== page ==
Can you tie your challenge to a significant event? – This was also mentioned in Step 8: Pick A Name For The Challenge, but can you tie your challenge to a significant event that people relate to? For example, a restaurant in England around the time of the 2012 Summer Olympics in London decided to start a large Olympic Burger Challenge. People couldn’t just participate in the real Olympic games, but they could feel like they were in an Olympic event while they were attempting the challenge which also made the advertising that much easier.

Is there a “tagline” that fits your restaurant? – The most common example of this is restaurants using the tagline “Can you sink it?” along with their food challenge which is named after a famous ship name. Do you have a particular tagline that you plan on using in your marketing materials? Hopefully it’s a little more creative than “Can you beat the (challenge name)?” Another popular one is the tagline “Can you beat the meat?” or “Can you beat our meat?” and restaurants center all the details off using this tagline. This may or may not work for you.

Can you relate the details to the name of your restaurant? – Many restaurants do this because it really makes promoting both the challenge and restaurant together at the same time much easier. Figure out a way to relate your challenge name and possible a few of the details to your restaurant name. For example, The Thirsty Bear in London, England started a burger challenge called “The Grizzly Bear Burger Challenge” which obviously fits well. Another favorite of mine is that a small burger restaurant named Stella’s in Omaha, Nebraska started a Stellanator Burger Challenge. Marketing their towering challenge is easy because the name is so unique.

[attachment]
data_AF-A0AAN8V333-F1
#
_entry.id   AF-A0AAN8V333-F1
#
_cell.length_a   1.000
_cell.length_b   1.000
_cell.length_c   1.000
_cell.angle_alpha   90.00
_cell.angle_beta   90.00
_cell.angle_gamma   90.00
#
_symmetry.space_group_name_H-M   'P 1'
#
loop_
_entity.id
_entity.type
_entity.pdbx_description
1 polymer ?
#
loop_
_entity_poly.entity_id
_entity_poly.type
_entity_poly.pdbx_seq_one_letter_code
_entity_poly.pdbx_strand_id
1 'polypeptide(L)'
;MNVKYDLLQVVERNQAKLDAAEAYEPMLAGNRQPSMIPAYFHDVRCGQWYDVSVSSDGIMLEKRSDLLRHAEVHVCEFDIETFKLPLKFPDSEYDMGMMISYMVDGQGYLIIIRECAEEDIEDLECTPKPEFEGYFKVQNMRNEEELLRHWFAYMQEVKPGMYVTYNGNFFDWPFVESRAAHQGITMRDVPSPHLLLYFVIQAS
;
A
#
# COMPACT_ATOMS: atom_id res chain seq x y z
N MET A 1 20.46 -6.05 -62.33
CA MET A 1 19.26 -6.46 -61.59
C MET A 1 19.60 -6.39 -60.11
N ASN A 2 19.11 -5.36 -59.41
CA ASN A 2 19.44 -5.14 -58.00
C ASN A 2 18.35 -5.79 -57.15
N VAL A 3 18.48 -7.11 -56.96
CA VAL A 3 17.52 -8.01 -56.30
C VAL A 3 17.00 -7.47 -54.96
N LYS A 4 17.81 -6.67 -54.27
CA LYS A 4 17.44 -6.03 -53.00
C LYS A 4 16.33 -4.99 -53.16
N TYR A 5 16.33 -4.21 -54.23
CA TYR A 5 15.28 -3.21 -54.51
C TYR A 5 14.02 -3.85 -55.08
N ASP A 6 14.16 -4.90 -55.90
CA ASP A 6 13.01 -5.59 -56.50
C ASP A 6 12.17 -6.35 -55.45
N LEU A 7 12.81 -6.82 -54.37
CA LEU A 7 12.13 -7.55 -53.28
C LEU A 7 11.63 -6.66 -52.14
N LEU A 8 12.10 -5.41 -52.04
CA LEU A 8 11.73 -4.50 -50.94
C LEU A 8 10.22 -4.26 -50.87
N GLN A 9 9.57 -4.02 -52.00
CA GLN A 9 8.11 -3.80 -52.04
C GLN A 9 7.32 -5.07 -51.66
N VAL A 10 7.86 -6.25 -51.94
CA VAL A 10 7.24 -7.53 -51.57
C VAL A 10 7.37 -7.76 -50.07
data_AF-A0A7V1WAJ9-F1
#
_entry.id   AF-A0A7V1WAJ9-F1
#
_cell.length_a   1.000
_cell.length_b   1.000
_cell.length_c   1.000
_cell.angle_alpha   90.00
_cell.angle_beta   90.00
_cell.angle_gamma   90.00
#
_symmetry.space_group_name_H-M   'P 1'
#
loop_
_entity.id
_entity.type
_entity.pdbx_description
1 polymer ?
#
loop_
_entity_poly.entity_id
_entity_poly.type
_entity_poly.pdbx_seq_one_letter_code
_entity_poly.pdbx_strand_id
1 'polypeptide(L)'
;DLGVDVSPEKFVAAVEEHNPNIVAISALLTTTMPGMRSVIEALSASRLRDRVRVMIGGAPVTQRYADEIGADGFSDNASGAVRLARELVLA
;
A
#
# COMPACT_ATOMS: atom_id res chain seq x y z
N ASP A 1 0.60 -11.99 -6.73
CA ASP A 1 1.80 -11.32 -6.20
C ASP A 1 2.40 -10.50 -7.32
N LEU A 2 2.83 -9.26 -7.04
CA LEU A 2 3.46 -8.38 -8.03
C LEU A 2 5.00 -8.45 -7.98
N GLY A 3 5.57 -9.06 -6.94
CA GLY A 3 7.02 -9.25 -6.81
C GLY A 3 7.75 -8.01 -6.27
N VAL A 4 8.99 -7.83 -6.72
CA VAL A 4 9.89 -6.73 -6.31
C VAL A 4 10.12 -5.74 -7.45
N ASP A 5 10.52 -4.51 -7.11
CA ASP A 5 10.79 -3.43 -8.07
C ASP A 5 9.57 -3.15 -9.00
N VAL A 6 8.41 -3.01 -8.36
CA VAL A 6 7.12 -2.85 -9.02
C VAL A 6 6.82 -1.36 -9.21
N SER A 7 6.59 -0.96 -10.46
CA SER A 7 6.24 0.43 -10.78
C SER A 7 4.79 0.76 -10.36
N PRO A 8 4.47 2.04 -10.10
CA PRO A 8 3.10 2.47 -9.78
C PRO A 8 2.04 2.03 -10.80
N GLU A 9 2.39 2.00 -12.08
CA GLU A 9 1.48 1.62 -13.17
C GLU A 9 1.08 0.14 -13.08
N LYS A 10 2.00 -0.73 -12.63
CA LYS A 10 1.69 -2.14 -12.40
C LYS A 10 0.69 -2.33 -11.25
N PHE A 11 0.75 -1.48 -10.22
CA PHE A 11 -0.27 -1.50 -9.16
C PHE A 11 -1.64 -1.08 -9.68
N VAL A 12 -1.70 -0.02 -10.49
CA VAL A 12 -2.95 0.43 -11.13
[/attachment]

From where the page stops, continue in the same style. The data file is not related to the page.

Can you involve a famous or significant person tied to your restaurant? – Some restaurants decide to tie their challenge to a famous person that is significant to their particular community that customers can relate to. This is an example of “testimonial advertising” where companies use famous people to sell their products. An example of this is a restaurant in Des Moines, Iowa named Jethro’s BBQ using a local college basketball player that was popular in the community. They had him list all of his favorite foods that he had ever ordered from the restaurant and they turned the list into a sandwich challenge. They even got on Man v Food: Des Moines!! Since the entire community knew the man the sandwich was named after, the restaurant was able to market and promote the challenge a lot easier which led to many more attempts, and still gets attempted years later.

Having a marketable and symbolic name is the most important detail, but all other details that you can tie together create a very significant bonus when it comes to marketing your challenge. Hopefully these ideas helped spark some thoughts that will lead you to a very marketable challenge idea. If you think of marketing during the entire design phase, you will have a much higher chance of hosting a successful challenge that will put your restaurant on the map and get even more customers inside your doors to try out your tasty menu.